MJ: So you're talking about the Lennon sail that you're using and Mike Lennon, the designer. On generating more power are you talking across the wind range or specifically in the sub 15 knots area?

CR: We've built a sail that goes extremely well above 14 knots and we've got the standard production sail which goes through the full range of conditions, but for us it's about generating a sail which can be flatter and fuller, so making a sail with a slightly larger range in it still, so generating more power in the light winds and we can flatten it more in the medium range, working towards a sail that does everything better.

MJ: Looking forward to the 2016 World Championships in Japan, what conditions are you expecting out there?

CR: I have done a bit of research, and it was handy that they had the Japanese Moth Nationals at the venue at the same time of year, so we've had an opportunity to see the pictures, the videos and talk to some of the guys who did the event. So we've got a bit of information but we've mainly been told that it's a light to medium range venue and that we could have quite shifty conditions off the land and also some quite wavy conditions if it comes from the sea.

MJ: Apart from your Moth sailing, what else have you got in your 2016 calendar?

CR: Between now and the Worlds I'm pretty much flat-out developing and working on equipment. I've got some work to do back at home on another sailing project and after the Worlds I'm hoping to have an opportunity to do some more sailing, hopefully some professional sailing.

MJ: Any classes in particular for the professional sailing?

CR: From the day I started sailing I did it because it's fun, so for me it's going to have to be a class that I would enjoy sailing, so something like a GC32 or potentially the M32 for the match racing, so I'm very keen to sail high-performance boats and I'm also keen to get back into catamaran sailing and stay as much as I can in foiling boats.

MJ: There seems to be a huge crossover with the crew of the big catamaran classes that are sailing and the International Moth class. Do you think the foiling Moth is the perfect platform for gaining experience and the kind of knowledge you need for the big foiling catamarans?

CR: If you learn to sail in a big, heavy boat you get very little feedback from it. I learnt to sail in a Spitfire, which was my first catamaran, and it gave you a lot of feedback - at 16 feet long it's very twitchy and when I came to sail the Tornado I didn't get the same feedback, so if I hadn't had the experience in the twitchier, lighter, more responsive boats, the boats that bite when you get it wrong, you won't know how to sail the bigger boat fast and on the edge. The Moth is the only foiling boat out there now that really gives you that feedback - as soon as you step in it, when you get it wrong you get wet and when you get it right you go faster and win races - I think it's very hard to beat. When you're trying to hone your skills and learn foiling and understand it, then I think the Moth is the only boat out there that teaches you from the grass-roots level.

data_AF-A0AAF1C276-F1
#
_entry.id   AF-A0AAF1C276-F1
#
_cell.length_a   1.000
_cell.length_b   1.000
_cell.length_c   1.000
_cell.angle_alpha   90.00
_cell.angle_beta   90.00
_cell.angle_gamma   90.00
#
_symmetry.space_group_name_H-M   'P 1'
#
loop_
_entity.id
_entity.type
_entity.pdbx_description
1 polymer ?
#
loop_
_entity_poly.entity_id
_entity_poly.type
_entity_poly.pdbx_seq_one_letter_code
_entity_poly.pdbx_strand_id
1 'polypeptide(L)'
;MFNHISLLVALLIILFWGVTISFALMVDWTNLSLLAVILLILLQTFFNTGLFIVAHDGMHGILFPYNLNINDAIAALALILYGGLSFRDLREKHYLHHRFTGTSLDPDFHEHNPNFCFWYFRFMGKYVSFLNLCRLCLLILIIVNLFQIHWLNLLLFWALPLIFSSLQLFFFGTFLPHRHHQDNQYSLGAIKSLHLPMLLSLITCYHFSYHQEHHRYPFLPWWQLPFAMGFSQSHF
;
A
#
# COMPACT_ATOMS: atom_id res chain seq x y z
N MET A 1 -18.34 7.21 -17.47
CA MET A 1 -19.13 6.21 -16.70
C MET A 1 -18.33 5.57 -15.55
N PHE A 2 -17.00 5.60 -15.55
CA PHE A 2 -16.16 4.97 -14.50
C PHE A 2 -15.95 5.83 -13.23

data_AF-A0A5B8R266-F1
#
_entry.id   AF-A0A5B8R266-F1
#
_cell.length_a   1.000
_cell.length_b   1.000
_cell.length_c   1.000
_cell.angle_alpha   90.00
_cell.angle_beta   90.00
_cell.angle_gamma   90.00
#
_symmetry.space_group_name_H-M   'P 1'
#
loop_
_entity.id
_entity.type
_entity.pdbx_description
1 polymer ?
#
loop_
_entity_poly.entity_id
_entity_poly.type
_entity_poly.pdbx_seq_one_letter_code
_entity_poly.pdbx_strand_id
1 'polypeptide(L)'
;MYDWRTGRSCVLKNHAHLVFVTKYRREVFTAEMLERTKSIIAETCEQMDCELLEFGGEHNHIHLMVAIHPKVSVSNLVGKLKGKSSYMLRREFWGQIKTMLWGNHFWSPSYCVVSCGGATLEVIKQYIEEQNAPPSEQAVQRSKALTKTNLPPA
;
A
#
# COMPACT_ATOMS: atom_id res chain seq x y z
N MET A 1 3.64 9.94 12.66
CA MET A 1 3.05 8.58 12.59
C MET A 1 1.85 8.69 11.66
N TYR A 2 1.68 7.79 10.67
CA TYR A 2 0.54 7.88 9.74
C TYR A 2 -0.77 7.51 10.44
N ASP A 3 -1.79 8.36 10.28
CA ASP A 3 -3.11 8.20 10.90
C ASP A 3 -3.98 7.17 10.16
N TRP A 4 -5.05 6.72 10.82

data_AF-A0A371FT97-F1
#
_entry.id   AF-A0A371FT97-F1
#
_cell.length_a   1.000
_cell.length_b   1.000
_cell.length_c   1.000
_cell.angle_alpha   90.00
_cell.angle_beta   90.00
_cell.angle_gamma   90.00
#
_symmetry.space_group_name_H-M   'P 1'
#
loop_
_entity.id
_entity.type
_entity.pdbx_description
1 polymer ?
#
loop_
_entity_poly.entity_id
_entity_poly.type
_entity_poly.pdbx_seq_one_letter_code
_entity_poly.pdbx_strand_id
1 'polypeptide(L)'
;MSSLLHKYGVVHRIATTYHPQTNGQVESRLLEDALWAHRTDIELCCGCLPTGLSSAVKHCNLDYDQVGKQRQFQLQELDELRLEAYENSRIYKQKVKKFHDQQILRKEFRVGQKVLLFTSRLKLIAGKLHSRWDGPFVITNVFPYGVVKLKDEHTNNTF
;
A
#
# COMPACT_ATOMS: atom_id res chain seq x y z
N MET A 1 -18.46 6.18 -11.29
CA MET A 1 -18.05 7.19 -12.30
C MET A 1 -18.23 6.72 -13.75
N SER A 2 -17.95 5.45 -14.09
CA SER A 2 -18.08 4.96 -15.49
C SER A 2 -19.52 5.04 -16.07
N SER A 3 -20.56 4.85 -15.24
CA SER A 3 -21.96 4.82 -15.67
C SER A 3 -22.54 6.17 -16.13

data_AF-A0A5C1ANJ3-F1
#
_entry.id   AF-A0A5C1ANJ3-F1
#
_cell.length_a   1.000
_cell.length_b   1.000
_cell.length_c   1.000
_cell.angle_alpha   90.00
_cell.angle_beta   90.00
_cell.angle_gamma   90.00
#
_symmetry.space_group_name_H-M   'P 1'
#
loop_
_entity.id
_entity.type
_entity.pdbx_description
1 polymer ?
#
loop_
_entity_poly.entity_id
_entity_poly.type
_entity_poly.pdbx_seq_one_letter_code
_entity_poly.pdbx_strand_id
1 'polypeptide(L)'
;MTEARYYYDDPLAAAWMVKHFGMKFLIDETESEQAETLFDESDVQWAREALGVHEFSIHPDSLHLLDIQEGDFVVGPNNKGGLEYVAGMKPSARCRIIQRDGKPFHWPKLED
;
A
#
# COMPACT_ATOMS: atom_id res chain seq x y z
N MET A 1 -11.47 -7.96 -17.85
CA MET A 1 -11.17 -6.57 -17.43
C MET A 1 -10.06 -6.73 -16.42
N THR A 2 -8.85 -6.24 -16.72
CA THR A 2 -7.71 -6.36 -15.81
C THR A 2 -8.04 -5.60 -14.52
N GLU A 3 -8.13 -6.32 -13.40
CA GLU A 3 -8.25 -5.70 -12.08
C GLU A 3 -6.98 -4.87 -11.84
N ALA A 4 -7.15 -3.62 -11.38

MJ: Lastly, looking at the 2016 Worlds, who are you expecting to be your main competition?

CR: It's difficult to say who'll be the main competition because anyone could turn up with a new idea that could really work and also anyone could turn up with an idea that works and then breaks, so it's really hard to tell. In the Moth class it's all about cutting-edge, making those small gains and also getting through the regatta. There are going to be people there with some quite funky equipment that might be fast, but they've got to get it through the regatta in a wide range of conditions.

That said, I would say that if some of the America's Cup sailors, such as Pete (Burling) and Nathan (Outteridge) turn up, as well as Scott (Babbage) and Josh (McKnight), then I'd imagine that they'd be the ones to beat. Rob I'd think is feeling very confident in his campaign, but I've had some experience sailing at the Sorrento Worlds and realising that we're still a way off being able to win a World Championship, but this Winter I'm going to try and up my game significantly so I can put myself in a position to win.

MJ: Chris, best of luck with all of the training and everything going towards the Worlds in Japan. I hope it goes well.

CR: Thank you.